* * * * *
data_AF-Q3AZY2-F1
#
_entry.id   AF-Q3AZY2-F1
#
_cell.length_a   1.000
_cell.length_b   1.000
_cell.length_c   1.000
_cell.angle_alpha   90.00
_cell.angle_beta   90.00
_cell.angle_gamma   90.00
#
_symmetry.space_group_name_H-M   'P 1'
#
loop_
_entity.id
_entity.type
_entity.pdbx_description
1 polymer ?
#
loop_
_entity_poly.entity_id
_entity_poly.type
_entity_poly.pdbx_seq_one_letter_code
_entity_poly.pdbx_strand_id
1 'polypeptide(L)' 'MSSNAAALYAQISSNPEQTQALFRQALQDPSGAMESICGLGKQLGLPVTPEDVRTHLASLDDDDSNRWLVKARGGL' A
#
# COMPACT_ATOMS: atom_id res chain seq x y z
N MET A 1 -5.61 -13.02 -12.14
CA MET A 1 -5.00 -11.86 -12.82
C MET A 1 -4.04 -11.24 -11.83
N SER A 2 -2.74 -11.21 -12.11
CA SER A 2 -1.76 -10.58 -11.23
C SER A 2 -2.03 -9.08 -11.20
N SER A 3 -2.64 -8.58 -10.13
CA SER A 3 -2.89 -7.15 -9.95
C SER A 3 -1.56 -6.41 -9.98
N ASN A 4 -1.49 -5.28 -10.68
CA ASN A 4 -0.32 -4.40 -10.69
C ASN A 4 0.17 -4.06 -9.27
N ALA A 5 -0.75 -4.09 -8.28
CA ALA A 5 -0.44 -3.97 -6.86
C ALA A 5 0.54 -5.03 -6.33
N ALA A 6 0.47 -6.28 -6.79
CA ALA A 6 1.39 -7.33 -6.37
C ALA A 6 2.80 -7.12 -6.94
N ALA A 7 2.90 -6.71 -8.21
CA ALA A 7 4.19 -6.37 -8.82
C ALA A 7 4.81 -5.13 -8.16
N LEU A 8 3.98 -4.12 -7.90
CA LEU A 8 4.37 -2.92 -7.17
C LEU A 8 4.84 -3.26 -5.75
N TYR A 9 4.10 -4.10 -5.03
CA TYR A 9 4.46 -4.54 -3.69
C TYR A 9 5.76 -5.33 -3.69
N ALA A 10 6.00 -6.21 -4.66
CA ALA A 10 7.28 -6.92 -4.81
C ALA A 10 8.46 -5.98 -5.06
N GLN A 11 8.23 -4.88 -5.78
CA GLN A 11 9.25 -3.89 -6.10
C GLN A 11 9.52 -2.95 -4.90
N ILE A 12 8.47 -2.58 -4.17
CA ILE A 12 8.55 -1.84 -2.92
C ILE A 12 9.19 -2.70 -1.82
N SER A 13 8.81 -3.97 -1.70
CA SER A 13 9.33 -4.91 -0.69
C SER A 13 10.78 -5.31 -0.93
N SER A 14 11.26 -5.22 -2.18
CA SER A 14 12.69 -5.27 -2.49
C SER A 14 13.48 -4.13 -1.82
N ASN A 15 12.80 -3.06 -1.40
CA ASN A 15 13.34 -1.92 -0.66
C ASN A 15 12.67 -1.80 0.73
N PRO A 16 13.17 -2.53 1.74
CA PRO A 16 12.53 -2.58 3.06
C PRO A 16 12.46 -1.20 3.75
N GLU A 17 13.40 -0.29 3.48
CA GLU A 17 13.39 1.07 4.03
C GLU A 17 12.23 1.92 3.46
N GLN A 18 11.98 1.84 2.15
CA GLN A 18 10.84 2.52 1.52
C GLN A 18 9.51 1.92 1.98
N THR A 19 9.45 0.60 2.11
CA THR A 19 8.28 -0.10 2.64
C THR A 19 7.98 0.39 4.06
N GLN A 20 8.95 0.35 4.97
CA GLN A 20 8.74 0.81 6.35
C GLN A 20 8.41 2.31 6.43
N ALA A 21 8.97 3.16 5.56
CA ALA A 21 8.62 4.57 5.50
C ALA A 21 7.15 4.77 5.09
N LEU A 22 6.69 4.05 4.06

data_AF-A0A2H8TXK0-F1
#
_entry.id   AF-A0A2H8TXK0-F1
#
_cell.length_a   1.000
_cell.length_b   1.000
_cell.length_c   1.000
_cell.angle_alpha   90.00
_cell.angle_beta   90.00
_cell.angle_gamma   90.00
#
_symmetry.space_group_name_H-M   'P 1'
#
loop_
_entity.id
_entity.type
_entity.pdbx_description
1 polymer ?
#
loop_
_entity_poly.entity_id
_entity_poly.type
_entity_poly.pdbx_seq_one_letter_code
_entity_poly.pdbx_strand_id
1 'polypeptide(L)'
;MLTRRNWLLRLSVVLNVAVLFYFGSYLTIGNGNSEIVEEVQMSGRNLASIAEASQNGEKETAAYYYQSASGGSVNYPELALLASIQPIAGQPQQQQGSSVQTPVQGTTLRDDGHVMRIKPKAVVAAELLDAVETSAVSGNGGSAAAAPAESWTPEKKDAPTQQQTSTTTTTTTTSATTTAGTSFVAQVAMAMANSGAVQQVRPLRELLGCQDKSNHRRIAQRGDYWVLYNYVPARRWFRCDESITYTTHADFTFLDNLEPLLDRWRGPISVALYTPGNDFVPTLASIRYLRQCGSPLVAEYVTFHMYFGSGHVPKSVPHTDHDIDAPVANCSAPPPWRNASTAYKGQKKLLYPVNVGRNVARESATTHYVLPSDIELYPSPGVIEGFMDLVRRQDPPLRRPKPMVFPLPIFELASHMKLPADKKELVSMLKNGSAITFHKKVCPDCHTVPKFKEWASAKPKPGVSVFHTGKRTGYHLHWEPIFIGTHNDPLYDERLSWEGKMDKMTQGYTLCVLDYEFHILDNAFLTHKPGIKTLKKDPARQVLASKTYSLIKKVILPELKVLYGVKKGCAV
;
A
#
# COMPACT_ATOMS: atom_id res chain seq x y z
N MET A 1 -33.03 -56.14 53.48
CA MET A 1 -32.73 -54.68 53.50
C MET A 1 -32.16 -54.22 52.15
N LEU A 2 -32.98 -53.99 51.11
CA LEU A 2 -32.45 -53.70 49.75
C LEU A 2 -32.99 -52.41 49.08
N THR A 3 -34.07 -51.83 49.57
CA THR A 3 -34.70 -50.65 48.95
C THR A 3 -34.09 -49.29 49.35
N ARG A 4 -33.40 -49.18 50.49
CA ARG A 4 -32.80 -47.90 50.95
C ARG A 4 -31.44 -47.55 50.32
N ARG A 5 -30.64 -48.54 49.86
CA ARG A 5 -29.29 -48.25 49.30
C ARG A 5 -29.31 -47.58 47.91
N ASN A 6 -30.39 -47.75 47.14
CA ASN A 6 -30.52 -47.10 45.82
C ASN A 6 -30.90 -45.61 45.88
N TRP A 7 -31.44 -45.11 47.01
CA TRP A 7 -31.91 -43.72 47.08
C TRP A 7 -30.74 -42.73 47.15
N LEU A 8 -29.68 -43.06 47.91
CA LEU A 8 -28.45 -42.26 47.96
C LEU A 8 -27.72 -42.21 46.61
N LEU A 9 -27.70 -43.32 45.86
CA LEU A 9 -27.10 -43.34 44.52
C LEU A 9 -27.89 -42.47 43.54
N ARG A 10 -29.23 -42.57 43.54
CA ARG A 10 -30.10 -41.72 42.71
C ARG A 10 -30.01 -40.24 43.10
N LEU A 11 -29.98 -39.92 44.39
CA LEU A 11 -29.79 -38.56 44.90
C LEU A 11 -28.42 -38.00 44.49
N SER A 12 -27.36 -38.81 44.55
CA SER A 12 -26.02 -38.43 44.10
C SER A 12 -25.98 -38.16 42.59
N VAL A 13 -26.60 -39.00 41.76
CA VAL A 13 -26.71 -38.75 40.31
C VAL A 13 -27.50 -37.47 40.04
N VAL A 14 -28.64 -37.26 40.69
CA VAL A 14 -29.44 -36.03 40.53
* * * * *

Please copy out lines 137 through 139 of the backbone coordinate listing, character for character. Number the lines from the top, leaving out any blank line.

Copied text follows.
N ASN A 6 -30.39 -47.75 47.14
CA ASN A 6 -30.52 -47.10 45.82
C ASN A 6 -30.90 -45.61 45.88